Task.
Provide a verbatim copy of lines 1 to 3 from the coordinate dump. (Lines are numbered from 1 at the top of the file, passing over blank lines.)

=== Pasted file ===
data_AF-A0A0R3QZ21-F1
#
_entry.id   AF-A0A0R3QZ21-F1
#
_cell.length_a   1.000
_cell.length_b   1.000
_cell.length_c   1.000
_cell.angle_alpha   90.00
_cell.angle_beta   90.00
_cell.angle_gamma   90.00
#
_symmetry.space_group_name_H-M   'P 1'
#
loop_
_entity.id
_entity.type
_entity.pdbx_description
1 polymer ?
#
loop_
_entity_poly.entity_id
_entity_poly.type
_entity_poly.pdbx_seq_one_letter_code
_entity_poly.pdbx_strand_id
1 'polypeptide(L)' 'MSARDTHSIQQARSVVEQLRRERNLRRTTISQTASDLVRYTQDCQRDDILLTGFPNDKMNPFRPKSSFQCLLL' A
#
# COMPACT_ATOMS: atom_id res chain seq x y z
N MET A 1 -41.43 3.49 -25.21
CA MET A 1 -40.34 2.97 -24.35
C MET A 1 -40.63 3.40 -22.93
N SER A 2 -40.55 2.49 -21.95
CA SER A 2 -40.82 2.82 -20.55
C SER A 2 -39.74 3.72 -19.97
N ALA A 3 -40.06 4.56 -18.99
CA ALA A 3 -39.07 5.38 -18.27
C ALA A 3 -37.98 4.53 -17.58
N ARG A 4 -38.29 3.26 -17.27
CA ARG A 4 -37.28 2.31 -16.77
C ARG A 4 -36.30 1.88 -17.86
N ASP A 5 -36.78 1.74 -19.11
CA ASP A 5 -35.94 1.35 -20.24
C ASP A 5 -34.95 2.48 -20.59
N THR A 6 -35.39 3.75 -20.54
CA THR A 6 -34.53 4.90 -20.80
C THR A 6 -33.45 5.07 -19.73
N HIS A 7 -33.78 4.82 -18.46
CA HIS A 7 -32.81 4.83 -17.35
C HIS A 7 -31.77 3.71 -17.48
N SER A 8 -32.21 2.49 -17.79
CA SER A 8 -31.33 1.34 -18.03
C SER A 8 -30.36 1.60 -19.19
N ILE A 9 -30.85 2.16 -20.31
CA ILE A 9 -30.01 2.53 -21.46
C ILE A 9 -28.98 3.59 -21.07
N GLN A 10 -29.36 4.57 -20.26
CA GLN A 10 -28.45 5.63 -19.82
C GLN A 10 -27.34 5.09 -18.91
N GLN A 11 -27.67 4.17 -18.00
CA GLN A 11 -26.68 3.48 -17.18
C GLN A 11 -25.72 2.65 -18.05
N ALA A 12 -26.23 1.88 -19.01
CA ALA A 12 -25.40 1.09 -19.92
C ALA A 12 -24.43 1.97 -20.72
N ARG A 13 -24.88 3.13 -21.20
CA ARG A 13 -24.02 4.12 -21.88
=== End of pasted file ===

data_AF-A0A0R3QZ21-F1
#
_entry.id   AF-A0A0R3QZ21-F1